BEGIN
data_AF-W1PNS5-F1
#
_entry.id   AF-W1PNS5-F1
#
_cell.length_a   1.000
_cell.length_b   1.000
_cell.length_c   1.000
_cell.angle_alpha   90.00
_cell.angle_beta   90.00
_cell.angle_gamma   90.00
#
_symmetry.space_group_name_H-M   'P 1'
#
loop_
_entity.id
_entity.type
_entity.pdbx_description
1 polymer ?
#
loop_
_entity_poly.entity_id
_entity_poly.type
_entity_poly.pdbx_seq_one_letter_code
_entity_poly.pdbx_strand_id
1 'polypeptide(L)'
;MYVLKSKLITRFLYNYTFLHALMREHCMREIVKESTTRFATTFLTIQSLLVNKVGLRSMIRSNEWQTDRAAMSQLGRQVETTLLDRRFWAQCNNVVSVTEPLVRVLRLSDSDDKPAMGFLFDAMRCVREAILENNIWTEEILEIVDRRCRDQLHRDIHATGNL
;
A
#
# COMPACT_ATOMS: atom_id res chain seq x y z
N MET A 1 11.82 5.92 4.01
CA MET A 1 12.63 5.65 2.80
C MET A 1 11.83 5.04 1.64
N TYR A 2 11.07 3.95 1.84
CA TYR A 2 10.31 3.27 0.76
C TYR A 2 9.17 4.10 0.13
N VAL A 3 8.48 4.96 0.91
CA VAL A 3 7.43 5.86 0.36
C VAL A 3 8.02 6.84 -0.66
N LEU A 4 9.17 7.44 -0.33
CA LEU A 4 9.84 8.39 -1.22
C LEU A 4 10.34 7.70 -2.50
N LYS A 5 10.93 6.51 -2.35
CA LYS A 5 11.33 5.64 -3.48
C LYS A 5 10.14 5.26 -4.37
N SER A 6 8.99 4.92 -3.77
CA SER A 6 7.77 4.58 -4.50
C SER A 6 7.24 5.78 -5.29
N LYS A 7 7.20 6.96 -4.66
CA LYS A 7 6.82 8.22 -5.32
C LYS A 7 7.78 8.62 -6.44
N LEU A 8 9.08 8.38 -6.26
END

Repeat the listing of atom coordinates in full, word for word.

data_AF-W1PNS5-F1
#
_entry.id   AF-W1PNS5-F1
#
_cell.length_a   1.000
_cell.length_b   1.000
_cell.length_c   1.000
_cell.angle_alpha   90.00
_cell.angle_beta   90.00
_cell.angle_gamma   90.00
#
_symmetry.space_group_name_H-M   'P 1'
#
loop_
_entity.id
_entity.type
_entity.pdbx_description
1 polymer ?
#
loop_
_entity_poly.entity_id
_entity_poly.type
_entity_poly.pdbx_seq_one_letter_code
_entity_poly.pdbx_strand_id
1 'polypeptide(L)'
;MYVLKSKLITRFLYNYTFLHALMREHCMREIVKESTTRFATTFLTIQSLLVNKVGLRSMIRSNEWQTDRAAMSQLGRQVETTLLDRRFWAQCNNVVSVTEPLVRVLRLSDSDDKPAMGFLFDAMRCVREAILENNIWTEEILEIVDRRCRDQLHRDIHATGNL
;
A
#
# COMPACT_ATOMS: atom_id res chain seq x y z
N MET A 1 11.82 5.92 4.01
CA MET A 1 12.63 5.65 2.80
C MET A 1 11.83 5.04 1.64
N TYR A 2 11.07 3.95 1.84
CA TYR A 2 10.31 3.27 0.76
C TYR A 2 9.17 4.10 0.13
N VAL A 3 8.48 4.96 0.91
CA VAL A 3 7.43 5.86 0.36
C VAL A 3 8.02 6.84 -0.66
N LEU A 4 9.17 7.44 -0.33
CA LEU A 4 9.84 8.39 -1.22
C LEU A 4 10.34 7.70 -2.50
N LYS A 5 10.93 6.51 -2.35
CA LYS A 5 11.33 5.64 -3.48
C LYS A 5 10.14 5.26 -4.37
N SER A 6 8.99 4.92 -3.77
CA SER A 6 7.77 4.58 -4.50
C SER A 6 7.24 5.78 -5.29
N LYS A 7 7.20 6.96 -4.66
CA LYS A 7 6.82 8.22 -5.32
C LYS A 7 7.78 8.62 -6.44
N LEU A 8 9.08 8.38 -6.26